in Wacky Word Wednesday

Fabiform – Wacky Word Wednesday

Hey, hey! It’s time again for Wacky Word Wednesday, a weekly celebration of some of the wackiest and most interesting words from around the world.

Today’s wacky word is: fabiform.

The definition from

quo top




kidney-bean shaped

quo botFabiform

Fabiform comes from a combination of faba, the Latin word for broad bean, and fōrma, the Latin word for figure, model, or mold. Used primarily in botany to describe the shape of various legumes, lichens and creepers, it’s pretty straightforward as far as etymology is concerned.

Because b’s and v’s like to play the dialectal equivalent of musical chairs between Romance languages, the Latin word faba is actually linguistic cousins with the Italian word for broad beans, fava. So the name fava beans—a finger-licking favorite snack of Hannibal Lector from Silence of the Lambs—actually means “bean beans.” Now, we’re not ones to judge the idiosyncracies (or downright redundancy) of language here, but viewed in this light, the famous line “I ate his liver with some bean beans and a nice chianti” does lose a bit of its creepy ambiance.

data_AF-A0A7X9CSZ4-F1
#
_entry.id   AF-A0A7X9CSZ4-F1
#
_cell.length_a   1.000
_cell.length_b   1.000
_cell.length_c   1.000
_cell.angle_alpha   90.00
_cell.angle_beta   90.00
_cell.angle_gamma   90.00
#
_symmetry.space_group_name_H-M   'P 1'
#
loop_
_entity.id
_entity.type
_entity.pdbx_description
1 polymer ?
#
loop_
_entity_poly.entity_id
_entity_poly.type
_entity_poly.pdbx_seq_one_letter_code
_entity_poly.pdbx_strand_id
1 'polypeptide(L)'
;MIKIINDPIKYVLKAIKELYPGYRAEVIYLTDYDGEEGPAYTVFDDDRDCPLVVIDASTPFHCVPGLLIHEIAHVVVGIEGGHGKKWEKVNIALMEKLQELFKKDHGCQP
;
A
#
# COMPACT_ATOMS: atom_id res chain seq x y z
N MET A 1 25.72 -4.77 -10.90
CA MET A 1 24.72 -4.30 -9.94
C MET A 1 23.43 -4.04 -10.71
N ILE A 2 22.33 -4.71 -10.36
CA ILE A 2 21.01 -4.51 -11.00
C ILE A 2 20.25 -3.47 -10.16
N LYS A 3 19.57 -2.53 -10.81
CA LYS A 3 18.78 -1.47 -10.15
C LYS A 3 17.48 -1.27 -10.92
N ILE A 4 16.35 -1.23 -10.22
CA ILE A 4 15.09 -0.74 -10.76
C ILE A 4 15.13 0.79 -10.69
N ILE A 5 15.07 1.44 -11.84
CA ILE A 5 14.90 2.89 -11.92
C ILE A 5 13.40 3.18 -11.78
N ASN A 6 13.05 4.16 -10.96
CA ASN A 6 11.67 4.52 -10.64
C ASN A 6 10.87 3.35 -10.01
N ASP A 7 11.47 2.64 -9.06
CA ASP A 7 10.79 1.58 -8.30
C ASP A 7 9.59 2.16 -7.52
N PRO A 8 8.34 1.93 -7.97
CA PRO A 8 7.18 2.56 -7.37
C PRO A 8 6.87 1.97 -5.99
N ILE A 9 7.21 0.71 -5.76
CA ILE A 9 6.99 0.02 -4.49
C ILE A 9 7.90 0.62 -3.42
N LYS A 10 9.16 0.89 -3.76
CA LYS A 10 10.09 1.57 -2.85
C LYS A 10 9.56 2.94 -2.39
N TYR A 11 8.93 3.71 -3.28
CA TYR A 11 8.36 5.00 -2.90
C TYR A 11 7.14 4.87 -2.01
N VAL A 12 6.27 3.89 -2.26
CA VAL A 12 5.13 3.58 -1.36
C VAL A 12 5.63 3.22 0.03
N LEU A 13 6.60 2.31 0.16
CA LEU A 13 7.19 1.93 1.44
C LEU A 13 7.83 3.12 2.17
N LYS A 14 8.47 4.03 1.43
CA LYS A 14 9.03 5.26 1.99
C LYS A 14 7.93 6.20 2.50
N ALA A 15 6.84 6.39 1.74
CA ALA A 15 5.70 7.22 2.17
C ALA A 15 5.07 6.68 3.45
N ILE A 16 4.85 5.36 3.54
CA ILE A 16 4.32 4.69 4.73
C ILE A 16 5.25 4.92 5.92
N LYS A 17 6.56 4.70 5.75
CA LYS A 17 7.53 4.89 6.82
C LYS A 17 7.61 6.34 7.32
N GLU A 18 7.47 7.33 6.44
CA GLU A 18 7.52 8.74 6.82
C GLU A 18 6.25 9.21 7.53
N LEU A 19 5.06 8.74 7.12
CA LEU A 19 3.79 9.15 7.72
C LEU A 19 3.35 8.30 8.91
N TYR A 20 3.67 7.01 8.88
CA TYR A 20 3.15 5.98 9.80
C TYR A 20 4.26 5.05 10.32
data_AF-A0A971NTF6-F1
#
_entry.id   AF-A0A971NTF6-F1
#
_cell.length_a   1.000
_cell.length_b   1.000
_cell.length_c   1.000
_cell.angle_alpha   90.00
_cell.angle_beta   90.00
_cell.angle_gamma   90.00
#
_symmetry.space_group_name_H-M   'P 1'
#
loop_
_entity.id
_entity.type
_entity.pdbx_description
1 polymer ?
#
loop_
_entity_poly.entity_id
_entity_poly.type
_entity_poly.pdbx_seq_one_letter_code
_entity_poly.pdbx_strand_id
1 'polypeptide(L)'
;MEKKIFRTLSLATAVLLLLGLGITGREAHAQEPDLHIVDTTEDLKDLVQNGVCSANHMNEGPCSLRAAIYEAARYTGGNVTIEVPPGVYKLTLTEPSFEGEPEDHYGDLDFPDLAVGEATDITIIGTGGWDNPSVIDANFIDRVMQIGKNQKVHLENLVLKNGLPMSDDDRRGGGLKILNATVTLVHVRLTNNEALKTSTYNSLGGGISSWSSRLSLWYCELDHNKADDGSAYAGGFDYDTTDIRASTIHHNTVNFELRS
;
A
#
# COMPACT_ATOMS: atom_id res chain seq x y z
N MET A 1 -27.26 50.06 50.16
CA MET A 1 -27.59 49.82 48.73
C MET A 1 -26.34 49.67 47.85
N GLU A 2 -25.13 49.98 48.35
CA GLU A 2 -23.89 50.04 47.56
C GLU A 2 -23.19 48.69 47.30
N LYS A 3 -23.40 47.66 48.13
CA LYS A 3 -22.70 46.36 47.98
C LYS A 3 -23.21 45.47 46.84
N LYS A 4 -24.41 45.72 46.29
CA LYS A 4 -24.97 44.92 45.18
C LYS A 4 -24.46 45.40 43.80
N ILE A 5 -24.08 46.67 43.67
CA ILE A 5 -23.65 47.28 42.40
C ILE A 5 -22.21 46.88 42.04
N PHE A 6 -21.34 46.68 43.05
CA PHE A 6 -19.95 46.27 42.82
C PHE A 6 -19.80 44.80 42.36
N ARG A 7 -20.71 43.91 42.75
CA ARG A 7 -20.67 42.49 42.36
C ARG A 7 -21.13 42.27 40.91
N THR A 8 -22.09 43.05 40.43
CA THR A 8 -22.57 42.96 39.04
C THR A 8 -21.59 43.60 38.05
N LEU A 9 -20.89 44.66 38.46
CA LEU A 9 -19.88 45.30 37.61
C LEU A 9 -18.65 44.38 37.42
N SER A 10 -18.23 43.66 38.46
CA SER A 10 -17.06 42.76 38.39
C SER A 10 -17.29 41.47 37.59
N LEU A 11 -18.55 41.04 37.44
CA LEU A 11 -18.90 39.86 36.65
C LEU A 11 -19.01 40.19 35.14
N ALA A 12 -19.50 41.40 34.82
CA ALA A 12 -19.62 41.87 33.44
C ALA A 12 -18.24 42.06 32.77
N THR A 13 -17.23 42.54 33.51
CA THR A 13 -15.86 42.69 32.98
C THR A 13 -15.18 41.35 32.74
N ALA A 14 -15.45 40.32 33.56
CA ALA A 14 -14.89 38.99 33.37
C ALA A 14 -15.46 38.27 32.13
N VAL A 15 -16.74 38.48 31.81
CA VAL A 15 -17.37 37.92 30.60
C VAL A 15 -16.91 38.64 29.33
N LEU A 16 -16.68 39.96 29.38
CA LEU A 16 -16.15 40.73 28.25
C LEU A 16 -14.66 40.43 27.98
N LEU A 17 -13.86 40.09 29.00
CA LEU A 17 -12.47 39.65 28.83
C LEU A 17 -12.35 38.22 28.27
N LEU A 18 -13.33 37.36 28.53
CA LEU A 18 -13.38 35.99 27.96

In any case, did you ever notice how, when you learn about something new, you suddenly become hypersensitive to its presence everywhere? It’s almost as if the thing or concept only came into existence after your having learned it.

When we came across fabiform, it occurred to us that we never really knew a word for describing things shaped like a bean. But once we learned a word for it, we suddenly realized that there is quite a bit of fabiform paraphernalia out there—like kidneys, for example, or desks, or the heads of newborn babies. And now there’s a word for it! So we’d like to pass on the curse of descriptive accuracy to you, our beloved, logophilic readers.

For your reference, here are a few examples of fabiform used in a sentence:

  • As a self-proclaimed epicure, Henry liked his wine dry and his beans properly fabiform. So when the waiter brought out a plate of deformed legumes, Henry dashed them against the wall with a scowl, and declared the dish a gastronomical flop.
  • Janice could never quite put her finger on what was so strange about her husband’s face until that fateful day when, viewing his profile in just the right light, she realized that his nose was not a nose, but really a fabiform abomination of human physiognomy.

What kind of  fabiform objects and/or body parts have you seen lately? (Try and keep it clean… or at least only mildly suggestive.)

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